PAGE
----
Journal of Sports Science and Medicine
Journal of Sports Science and Medicine
ISSN: 1303 - 2968   
Ios-APP Journal of Sports Science and Medicine
Androit-APP Journal of Sports Science and Medicine
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©Journal of Sports Science and Medicine ( 2008 ) 07 , 279 - 285

Research article
Lactate Kinetics After Intermittent and Continuous Exercise Training
Adnene Gharbi1,2, , Karim Chamari3, Amjad Kallel4, Saîd Ahmaidi5, Zouhair Tabka1, Zbidi Abdelkarim1
Author Information
1 Laboratory of Cardio-Circulatory, Respiratory, Metabolic and Hormonal Adaptations to the Muscular Exercise, Faculty of Medicine Ibn El Jazzar, Sousse, Tunisia
2 High Institute of Sport and Physical Education, Gafsa, Tunisia
3 Research Unit "Evaluation, Sport, Health" National Center of Medicine and Sciences in Sports (CNMSS), El Menzah, Tunisia
4 ISSTEG University Gabes-Tunisia,
5 Research Laboratory "APS and Motor Skills: Adaptations and Rehabilitations," Faculty of Sports Sciences, Jules Verne Picardie University, Amiens, France

Adnene Gharbi
✉ Laboratory of Cardio-Circulatory, Respiratory, Metabolic and Hormonal Adaptations to the Muscular Exercise, Faculty of Medicine Ibn El Jazzar, 4002, Sousse, Tunisia
Email: adnenegharbi@yahoo.fr
Publish Date
Received: 14-01-2008
Accepted: 22-04-2008
Published (online): 01-06-2008
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ABSTRACT

The purpose of this study was to assess, the effects of continuous and intermittent exercise training on lactate kinetic parameters and maximal aerobic speed (MAS) using field tests. Twenty-four male sport students were equally divided into continuous (CT) and intermittent (IT) physically trained groups. Another six participants acted as non-trained controls (CG). The trained participants practiced 6-days per week for 6 weeks. Before and after training, all participants completed an incremental exercise test to assess their MAS, and a 30- second supra-maximal exercise followed by 30 minutes of active recovery to determine the individual blood lactate recovery curve. It was found that exercise training has significantly increased MAS (p < 0.001), the lactate exchange and removal abilities as well as the lactate concentrations at the beginning of the recovery ([La]-(0)); for both CT and IT groups; this was accompanied by a significant reduction of the time to lactate-peak. Nevertheless, the improvement in MAS was significantly higher (p < 0.001) post-intermittent (15.1 % ± 2.4) than post-continuous (10.3 % ± 3.2) training. The lactate-exchange and removal abilities were also significantly higher for IT than for CT-group (P<0.05). Moreover, IT-group showed a significantly shorter half-time of the blood lactate (t-½-[La]) than CT-group (7.2 ± 0.5 min vs 7.7 ± 0.3 min, respectively) (p < 0.05). However, no significant differences were observed in peak blood lactate concentration ([La]peak), time to reach [La]peak (t-[La]peak), and [La]-(0) between the two physically-trained groups. We conclude that both continuous and intermittent training exercises were equally effective in improving t-[La]peak and [La]peak, although intermittent training was more beneficial in elevating MAS and in raising the lactate exchange (γ1) and removal (γ2) indexes.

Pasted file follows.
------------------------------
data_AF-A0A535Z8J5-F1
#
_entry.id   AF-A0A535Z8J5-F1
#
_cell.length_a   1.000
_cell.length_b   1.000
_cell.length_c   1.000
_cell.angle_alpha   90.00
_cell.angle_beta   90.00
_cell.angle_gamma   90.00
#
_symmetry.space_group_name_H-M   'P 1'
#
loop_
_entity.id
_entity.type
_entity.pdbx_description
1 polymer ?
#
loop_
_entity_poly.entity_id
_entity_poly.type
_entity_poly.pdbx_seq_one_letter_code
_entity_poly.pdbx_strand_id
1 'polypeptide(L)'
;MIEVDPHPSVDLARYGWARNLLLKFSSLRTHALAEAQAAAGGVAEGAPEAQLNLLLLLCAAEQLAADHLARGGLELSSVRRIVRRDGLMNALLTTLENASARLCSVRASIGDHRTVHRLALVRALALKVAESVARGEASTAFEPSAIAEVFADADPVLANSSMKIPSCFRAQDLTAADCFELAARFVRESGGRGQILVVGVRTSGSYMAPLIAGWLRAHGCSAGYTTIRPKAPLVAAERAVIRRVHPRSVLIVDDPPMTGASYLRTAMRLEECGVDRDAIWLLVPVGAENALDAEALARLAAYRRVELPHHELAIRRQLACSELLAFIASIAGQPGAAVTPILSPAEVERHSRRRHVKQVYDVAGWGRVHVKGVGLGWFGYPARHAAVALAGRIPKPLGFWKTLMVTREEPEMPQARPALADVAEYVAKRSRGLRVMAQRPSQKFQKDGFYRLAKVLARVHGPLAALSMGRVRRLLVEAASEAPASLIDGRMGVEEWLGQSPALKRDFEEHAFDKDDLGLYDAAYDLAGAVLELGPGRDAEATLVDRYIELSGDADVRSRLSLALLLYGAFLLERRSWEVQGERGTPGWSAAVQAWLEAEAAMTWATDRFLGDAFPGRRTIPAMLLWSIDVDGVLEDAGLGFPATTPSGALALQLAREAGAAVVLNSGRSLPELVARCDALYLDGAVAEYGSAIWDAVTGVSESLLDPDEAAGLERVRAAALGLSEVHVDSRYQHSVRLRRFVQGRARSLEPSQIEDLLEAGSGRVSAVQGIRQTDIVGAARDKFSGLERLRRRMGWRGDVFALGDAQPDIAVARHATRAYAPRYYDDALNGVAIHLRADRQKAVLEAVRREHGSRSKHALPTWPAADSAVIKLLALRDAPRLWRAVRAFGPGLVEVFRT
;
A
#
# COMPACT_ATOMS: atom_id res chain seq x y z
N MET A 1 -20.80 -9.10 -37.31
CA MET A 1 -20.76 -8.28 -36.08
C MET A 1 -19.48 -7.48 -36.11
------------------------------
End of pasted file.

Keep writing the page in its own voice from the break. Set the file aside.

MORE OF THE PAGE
Key words: Biexponential mathematical model, recovery, supra-maximal exercise.


           Key Points
  • Coaches and athletes need to be aware of the potentiality positive effects of exercise intensity.
  • Improvements in physical fitness are associated with a concomitant increase in the lactate removal ability.
  • In order to reduce lactate accumulation and increase maximal aerobic speed maximally, interval training method, with work speeds equal to 90% - 100% of MAS, may be the effective way when compared with continuous training method.
 
 
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